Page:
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File:Smb2.jpg

If you're looking for the game titled Super Mario Bros. 2 in Japan, see Super Mario Bros the Lost Levels.

Describe Doki Doki Panic, uh...Super Mario USA, um...Super Mario Bros 2 here.

For some reason, Nintendo felt that Super Mario Bros.: The Lost Levels just wouldn't work for American gamers. Perhaps they didn't feel that a Mission Pack Sequel would be accepted in the United States, or maybe they thought it was just too Nintendo Hard.

Either way, they wanted something different. But they didn't have the time to make an entirely new game, so they redid the sprites for an unrelated game, Doki Doki Panic (also produced by Shigeru Miyamoto), to match the Super Mario Bros. characters, and did a few more nips and tucks. The result wasn't quite as radical as Zelda II the Adventure of Link, and for many fans, it's still an excellent part of the series. In addition, the game introduced many of the Mario series' iconic enemies (such as Shy Guys and Bob-ombs) and abilities (such as picking up and carrying items and enemies), and it further developed and differentiated the four main characters (providing Luigi with a taller, lankier appearance, giving Peach her ability to float, and actually codifying Mario as the Jack of All Stats for the first time).

Eventually, this version was released in Japan as Super Mario USA. So, by changing sprites, Nintendo made three titles out of one, and sold the same game to the Japanese twice. This method was used again on the good, but girlishly themed, puzzle game Panel De Pon to make Tetris Attack (which has nothing to do with Tetris) and later Pokémon Puzzle League, selling it with already well-known and popular characters. (And then AGAIN with Planet Puzzle League for the DS, except that one used no characters at all.) Marketing genius or shameless seller? You decide.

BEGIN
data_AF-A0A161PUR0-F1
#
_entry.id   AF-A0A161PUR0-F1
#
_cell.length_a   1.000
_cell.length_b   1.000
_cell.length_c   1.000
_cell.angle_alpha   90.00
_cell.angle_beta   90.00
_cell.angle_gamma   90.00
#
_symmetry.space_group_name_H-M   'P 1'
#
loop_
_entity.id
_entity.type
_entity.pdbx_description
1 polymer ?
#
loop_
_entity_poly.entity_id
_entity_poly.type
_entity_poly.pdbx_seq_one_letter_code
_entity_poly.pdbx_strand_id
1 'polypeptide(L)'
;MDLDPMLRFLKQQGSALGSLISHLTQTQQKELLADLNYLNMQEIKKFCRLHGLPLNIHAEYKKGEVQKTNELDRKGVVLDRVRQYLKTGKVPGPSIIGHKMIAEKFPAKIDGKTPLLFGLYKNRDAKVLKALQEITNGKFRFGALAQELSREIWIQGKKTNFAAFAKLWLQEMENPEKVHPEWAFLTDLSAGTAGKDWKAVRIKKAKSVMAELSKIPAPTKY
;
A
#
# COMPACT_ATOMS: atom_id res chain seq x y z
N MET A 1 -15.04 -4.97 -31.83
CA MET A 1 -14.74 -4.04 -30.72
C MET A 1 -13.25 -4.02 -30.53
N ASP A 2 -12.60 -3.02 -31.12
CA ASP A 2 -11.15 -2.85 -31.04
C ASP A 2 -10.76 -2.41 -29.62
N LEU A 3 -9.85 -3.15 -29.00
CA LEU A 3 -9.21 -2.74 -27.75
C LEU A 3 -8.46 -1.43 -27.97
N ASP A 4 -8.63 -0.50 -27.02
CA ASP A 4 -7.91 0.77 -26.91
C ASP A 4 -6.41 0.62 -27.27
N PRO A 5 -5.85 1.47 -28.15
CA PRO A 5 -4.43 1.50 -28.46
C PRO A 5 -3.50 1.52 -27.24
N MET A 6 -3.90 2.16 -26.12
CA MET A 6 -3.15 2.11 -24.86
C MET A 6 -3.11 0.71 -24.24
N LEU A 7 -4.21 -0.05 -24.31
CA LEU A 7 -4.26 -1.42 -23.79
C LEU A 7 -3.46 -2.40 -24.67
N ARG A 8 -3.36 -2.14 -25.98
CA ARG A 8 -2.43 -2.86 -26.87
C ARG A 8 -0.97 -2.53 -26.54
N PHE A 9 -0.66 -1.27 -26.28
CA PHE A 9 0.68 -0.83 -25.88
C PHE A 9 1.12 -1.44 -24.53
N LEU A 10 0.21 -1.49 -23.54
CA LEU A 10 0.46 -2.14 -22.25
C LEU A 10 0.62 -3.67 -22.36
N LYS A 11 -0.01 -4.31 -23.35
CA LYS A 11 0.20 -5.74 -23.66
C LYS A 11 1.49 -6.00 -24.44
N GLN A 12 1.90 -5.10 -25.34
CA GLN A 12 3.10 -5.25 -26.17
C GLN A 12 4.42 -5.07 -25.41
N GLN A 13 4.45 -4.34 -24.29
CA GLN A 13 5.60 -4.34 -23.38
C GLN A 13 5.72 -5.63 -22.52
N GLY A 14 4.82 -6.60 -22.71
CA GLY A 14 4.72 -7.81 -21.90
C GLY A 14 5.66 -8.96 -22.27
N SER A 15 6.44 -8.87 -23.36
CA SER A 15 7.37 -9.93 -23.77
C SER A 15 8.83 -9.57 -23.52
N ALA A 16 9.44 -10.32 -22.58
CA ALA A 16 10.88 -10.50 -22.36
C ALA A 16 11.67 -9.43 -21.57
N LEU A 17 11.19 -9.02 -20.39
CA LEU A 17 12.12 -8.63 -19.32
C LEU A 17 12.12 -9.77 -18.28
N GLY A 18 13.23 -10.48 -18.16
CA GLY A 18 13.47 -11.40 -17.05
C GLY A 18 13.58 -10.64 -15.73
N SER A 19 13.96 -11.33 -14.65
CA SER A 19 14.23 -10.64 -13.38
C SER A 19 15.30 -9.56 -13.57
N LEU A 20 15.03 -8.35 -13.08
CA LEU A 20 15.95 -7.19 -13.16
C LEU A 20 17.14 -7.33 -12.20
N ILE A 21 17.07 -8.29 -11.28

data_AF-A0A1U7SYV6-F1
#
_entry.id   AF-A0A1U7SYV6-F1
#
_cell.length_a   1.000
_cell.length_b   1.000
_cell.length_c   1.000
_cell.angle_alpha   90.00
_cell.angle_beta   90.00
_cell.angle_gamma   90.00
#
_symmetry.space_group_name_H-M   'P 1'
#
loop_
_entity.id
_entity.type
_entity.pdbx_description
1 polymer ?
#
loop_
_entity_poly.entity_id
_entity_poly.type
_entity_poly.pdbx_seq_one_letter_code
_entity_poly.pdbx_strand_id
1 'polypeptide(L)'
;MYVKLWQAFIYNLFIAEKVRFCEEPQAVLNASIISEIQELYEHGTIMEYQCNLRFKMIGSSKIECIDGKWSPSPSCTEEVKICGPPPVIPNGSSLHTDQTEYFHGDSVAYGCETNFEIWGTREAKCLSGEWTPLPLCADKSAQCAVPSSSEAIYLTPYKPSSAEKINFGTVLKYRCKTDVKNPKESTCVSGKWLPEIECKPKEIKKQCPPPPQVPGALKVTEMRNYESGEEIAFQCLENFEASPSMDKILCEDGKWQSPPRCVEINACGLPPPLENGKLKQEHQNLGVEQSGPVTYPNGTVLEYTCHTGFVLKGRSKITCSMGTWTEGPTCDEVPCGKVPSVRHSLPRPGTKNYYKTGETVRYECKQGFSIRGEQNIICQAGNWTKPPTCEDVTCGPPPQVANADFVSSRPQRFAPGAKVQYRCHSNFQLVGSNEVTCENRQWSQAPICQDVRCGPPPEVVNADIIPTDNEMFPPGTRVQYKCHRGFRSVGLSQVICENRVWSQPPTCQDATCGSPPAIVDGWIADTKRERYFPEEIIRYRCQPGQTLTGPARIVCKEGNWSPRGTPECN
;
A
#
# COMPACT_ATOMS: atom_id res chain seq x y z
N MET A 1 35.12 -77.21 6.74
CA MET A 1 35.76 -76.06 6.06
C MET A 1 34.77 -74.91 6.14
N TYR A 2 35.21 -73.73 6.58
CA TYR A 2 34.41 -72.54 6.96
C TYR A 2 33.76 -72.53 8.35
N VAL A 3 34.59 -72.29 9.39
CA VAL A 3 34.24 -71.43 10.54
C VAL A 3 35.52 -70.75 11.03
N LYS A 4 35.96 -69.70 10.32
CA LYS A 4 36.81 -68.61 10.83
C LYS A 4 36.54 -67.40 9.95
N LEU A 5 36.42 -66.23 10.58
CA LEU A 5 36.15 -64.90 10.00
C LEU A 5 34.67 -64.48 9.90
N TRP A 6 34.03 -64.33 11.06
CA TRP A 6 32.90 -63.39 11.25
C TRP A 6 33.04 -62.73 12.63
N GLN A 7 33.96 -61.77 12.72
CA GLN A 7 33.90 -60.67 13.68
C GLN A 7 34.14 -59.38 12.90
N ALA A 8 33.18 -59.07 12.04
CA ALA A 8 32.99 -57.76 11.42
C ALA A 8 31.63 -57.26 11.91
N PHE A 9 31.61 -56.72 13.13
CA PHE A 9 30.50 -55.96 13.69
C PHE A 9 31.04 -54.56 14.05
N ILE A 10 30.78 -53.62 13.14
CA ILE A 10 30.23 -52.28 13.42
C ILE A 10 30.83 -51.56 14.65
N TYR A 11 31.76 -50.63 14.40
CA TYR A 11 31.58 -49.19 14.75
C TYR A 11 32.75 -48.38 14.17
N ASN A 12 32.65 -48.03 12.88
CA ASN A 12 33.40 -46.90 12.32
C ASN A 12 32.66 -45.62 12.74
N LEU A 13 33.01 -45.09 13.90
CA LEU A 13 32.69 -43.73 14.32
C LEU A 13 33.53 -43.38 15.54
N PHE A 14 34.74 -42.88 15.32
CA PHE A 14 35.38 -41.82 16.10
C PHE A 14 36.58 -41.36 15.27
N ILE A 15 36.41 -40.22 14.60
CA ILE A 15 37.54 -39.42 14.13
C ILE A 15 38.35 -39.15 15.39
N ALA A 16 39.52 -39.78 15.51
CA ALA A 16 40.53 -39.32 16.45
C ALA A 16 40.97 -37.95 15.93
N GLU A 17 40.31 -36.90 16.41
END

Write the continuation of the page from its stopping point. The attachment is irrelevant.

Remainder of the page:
Super Mario Bros. 2 was later remade with SNES graphics as part of the Super Mario All-Stars Compilation Rerelease, and then with further updates as the first of the Super Mario Advance remakes.


Provides examples of:

  • Achilles Heel: Wart hates vegetables.
  • Action Bomb: This is Bob-omb's debut.
  • All Just a Dream: Doubly subverted! The instruction manual implies that Mario first dreams up Subcon, then sees it for real on a picnic with his friends. But the game's ending explicitly shows that he dreamed it all.
  • Always Night: World 5.
  • Animated Adaptation: The Super Mario Bros Super Show adapts this and Super Mario Bros.
  • Asteroids Monster: Fryguy.
  • Big Bad: Wart.
  • Big No: In the Advance version: Tryclyde when you hit him the first two times, Wart when you defeat him.
  • Bootstrapped Theme: The Subspace theme is the Super Mario Bros. main overworld theme, minus the recognizable seven-note intro.
    • Also, the title screen theme is a remix of the "underwater" theme from Super Mario Bros.
  • Bubbly Clouds: World 7.
  • Canon Immigrant: Any monster or object from this game that shows up in another Mario game, considering they're all from DDP. Birdo, Bob-ombs, Pokeys and the Shy Guys? Not Mario characters... at least, not originally.
    • Snifits to a lesser extent.
    • Ninjis appear in the very last corridor of Super Mario World before Bowser, though they become an enemy you can simply stomp on to defeat.
      • Ninjis do however get a lot of use in rom hacks of the above.
    • Pansers, which resemble fire-spitting Piranha Plants, are the first of four Piranha Plant-like fire-spitting enemy seen in the Mario series, even if these particular enemies aren't seen again. (Arguably, they're the most dangerous of the four, as some of them can walk.)
  • Cartoon Bomb: Mousers throw these and you can occasionally throw them too.
  • Cranium Ride: Since this is the one game in the series that lacks the Goomba Stomp, you could do this on most of the Mooks. Several areas required you to do this. [1]
  • Darker and Edgier: It arguably has a MUCH higher concentration of Nightmare Fuel than Mario 1. Phantos especially.
  • Directionally Solid Platforms: Quite a few. Surprisingly, sand is an example too.